Whether they do or don’t sell HDS, there would most assuredly be a struggle over which direction to go. While we’re at it, what of FalconStor, still a partner to Sun for VTL but dropped by IBM in favor of Diligent? “They would have to have colossal arguments,” said Allis. “Between the mix of cultures and a lot of product overlap, it would be a long, painful road.”
But the really big storage elephant in the room here is NetApp.
IBM OEMs practically NetApp’s entire product line as the N series. NetApp claims Sun steps on its WAFL toes with ZFS, and there’s an ongoing lawsuit over the matter. If IBM acquires Sun, does NetApp sue its own best partner? Does IBM drop NetApp? Does IBM attempt to make Sun and NetApp play nice together? Would acquiring Sun amount to IBM taking a position in the copyright fight, where Sun already claims to be winning?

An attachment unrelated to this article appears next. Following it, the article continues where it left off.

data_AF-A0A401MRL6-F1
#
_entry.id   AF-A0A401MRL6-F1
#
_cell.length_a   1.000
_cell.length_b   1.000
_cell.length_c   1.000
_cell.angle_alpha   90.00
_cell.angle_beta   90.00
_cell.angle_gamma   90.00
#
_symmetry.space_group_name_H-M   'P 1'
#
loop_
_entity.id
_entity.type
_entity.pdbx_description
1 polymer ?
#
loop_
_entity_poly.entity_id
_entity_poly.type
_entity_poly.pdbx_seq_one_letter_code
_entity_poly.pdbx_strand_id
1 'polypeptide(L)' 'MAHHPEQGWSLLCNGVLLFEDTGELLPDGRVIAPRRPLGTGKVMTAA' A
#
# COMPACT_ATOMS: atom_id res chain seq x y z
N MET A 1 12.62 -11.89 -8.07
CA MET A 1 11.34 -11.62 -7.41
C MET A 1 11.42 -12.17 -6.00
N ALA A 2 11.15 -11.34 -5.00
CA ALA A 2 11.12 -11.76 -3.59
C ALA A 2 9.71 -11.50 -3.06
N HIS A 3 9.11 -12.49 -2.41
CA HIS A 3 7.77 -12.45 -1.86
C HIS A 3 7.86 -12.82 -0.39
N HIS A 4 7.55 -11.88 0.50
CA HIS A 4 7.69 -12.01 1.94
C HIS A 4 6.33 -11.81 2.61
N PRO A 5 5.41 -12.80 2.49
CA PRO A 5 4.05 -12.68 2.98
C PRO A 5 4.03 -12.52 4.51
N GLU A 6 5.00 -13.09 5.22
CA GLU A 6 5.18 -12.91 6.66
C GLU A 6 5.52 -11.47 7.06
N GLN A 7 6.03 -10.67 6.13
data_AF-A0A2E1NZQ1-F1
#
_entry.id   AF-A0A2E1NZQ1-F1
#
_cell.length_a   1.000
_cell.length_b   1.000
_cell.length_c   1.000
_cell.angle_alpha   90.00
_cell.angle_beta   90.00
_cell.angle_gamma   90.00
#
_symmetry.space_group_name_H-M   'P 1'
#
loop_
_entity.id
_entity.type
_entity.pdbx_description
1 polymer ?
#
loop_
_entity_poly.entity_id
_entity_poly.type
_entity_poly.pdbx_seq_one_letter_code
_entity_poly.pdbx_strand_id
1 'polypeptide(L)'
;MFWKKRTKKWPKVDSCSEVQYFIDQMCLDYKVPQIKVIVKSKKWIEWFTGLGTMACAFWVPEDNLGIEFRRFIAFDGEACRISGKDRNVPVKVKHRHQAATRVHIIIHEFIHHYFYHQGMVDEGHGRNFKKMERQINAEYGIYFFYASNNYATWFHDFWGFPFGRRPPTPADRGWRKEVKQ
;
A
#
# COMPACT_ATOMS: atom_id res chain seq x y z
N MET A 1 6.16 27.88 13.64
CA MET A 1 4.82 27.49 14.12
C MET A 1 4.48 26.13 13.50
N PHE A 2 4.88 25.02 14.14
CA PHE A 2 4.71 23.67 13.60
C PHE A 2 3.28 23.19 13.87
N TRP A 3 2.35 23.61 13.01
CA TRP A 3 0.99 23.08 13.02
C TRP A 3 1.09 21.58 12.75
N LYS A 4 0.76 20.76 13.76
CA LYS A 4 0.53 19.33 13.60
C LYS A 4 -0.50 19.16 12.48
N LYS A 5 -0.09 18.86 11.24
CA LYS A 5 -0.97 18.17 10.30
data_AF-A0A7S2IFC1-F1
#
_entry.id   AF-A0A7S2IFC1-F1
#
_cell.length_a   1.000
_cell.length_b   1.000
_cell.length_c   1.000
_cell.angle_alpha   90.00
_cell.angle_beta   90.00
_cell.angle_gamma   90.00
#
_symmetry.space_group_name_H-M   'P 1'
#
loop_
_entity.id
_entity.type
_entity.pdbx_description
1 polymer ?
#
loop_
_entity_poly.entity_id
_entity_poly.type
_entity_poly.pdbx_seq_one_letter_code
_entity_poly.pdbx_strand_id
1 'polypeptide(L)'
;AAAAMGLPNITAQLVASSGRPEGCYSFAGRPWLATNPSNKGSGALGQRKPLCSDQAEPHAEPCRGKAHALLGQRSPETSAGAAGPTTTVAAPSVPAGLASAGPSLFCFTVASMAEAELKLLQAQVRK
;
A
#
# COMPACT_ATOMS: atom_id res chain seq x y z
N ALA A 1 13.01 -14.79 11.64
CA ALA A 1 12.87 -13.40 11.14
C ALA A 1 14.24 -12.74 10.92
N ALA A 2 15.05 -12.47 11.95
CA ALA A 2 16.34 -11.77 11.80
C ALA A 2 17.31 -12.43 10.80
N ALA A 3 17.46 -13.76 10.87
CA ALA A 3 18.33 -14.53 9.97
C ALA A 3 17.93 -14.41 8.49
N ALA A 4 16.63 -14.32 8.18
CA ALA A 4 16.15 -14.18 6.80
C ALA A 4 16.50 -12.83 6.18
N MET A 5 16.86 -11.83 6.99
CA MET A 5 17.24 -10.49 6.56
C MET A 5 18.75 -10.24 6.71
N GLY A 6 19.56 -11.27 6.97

Are any of those scenarios particularly palatable, especially for customers who are invested in IBM’s N-series precisely because it has the IBM brand associated with it, and therefore ostensibly an assurance that IBM would stand behind that product?
Regardless, those considerations probably will be subsumed in favor of the potential combination of OpenSolaris and ZFS with the “software mainframe” idea VMware has been advancing. It’s no secret IBM is enamored with the cloud, and will need a strong strategy and offering in that space. “The embedded storage capabilities in ZFS like software RAID baked into the operating system are similar to DFSMS in the mainframe world,” Allis pointed out. And at least one partnership deal could be simplified in the merger, as both IBM and Sun OEM LSI storage.